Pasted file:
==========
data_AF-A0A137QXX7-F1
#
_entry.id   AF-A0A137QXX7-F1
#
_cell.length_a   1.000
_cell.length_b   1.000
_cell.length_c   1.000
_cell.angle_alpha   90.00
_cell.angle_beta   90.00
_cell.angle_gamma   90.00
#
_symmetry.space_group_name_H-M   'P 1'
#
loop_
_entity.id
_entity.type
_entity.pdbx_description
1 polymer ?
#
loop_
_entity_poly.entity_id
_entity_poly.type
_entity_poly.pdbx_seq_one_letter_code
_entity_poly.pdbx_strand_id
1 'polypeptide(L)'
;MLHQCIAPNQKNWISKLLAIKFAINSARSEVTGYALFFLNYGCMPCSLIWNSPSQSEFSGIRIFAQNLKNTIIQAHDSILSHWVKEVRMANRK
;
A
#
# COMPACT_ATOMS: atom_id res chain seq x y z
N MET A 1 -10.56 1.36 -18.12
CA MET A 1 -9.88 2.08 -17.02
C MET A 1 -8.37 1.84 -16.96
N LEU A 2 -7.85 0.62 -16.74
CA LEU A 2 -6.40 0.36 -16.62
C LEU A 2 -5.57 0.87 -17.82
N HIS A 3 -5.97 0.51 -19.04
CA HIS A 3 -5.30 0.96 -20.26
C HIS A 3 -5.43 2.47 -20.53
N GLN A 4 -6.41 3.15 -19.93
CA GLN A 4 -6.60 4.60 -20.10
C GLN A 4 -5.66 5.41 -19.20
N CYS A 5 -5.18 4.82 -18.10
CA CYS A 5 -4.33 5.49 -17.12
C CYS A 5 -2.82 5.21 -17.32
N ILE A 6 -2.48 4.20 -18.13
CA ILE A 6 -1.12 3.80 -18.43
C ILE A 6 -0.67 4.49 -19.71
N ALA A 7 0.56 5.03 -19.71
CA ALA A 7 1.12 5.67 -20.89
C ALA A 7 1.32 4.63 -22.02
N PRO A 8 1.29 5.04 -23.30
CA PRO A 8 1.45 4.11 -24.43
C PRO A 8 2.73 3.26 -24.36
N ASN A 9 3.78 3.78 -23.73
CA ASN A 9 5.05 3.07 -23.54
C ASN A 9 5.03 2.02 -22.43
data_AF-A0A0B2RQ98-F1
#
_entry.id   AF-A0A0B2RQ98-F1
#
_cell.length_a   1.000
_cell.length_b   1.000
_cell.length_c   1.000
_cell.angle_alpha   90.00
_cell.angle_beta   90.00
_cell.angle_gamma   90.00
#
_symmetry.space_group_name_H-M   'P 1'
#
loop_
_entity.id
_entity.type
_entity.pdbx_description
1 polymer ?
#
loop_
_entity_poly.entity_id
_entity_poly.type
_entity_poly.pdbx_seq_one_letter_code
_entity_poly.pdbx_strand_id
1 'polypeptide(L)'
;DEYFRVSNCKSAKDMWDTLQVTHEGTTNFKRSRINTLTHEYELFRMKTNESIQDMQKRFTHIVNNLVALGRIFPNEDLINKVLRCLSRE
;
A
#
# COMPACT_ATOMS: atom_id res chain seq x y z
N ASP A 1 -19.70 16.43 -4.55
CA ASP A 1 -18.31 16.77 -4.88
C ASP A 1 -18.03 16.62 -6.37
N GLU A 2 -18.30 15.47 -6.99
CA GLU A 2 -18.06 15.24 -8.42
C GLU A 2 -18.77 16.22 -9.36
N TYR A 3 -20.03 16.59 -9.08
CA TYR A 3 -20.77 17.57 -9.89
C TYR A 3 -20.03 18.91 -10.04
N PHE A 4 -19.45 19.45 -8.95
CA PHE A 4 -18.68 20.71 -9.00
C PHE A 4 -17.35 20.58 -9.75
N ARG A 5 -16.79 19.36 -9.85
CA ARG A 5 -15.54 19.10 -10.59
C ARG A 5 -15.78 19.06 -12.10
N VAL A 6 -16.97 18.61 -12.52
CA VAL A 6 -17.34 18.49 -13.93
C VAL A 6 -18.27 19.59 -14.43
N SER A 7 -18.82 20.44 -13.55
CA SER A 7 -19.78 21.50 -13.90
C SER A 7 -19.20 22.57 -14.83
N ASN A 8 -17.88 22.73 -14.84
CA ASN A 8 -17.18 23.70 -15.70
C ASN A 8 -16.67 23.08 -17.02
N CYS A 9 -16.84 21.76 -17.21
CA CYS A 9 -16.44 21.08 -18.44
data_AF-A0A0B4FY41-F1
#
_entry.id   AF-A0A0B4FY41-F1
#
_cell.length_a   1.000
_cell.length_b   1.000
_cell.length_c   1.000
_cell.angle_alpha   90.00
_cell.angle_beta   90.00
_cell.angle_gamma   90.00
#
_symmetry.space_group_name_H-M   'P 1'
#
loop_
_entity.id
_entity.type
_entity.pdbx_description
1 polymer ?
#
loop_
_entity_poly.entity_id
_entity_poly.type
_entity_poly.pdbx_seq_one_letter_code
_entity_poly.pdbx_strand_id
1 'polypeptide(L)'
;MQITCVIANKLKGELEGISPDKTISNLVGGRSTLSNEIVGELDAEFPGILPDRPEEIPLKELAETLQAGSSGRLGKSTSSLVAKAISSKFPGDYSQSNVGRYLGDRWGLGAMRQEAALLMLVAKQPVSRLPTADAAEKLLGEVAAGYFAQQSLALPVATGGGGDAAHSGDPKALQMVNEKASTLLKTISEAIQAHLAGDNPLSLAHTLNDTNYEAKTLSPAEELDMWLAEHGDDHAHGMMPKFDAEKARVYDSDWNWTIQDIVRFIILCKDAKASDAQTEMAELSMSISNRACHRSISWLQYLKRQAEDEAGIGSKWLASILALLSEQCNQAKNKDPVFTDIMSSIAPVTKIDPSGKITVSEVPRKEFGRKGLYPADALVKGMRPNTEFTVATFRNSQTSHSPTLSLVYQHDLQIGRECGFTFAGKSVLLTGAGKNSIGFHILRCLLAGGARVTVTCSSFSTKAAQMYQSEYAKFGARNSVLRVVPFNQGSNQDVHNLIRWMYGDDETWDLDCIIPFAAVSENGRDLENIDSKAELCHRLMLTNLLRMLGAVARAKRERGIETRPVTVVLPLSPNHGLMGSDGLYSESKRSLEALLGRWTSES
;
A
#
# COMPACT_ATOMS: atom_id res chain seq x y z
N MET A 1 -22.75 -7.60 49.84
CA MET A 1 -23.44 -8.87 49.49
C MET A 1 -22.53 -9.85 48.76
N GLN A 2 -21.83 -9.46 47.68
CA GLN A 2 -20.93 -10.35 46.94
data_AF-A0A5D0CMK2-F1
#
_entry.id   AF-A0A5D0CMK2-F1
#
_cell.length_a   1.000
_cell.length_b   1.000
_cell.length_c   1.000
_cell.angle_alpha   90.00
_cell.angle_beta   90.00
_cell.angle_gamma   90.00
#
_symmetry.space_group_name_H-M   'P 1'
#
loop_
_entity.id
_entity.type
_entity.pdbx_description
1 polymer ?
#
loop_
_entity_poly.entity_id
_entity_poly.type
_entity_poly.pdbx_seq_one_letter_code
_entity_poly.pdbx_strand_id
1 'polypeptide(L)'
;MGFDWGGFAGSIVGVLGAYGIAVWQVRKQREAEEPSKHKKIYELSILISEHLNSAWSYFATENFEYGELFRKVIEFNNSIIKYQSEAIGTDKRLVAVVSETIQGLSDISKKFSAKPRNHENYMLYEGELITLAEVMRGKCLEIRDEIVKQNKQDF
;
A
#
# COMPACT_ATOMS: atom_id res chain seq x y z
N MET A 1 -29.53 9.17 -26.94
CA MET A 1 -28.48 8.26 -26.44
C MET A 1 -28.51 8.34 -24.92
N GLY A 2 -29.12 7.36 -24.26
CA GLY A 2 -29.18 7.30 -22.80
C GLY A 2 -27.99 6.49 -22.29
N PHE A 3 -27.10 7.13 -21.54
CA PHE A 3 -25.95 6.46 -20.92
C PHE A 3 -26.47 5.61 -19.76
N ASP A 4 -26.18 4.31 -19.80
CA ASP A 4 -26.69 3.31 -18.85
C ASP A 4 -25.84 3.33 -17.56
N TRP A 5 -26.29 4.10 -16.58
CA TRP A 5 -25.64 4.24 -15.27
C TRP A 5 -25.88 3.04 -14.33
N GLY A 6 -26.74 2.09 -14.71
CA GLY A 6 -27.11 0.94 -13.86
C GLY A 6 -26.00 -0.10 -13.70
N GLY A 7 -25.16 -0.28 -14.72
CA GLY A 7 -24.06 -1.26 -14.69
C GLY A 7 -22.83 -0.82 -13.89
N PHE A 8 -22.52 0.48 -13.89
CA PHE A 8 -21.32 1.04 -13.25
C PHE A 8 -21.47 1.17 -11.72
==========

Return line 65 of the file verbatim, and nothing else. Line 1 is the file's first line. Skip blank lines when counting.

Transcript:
_cell.angle_alpha   90.00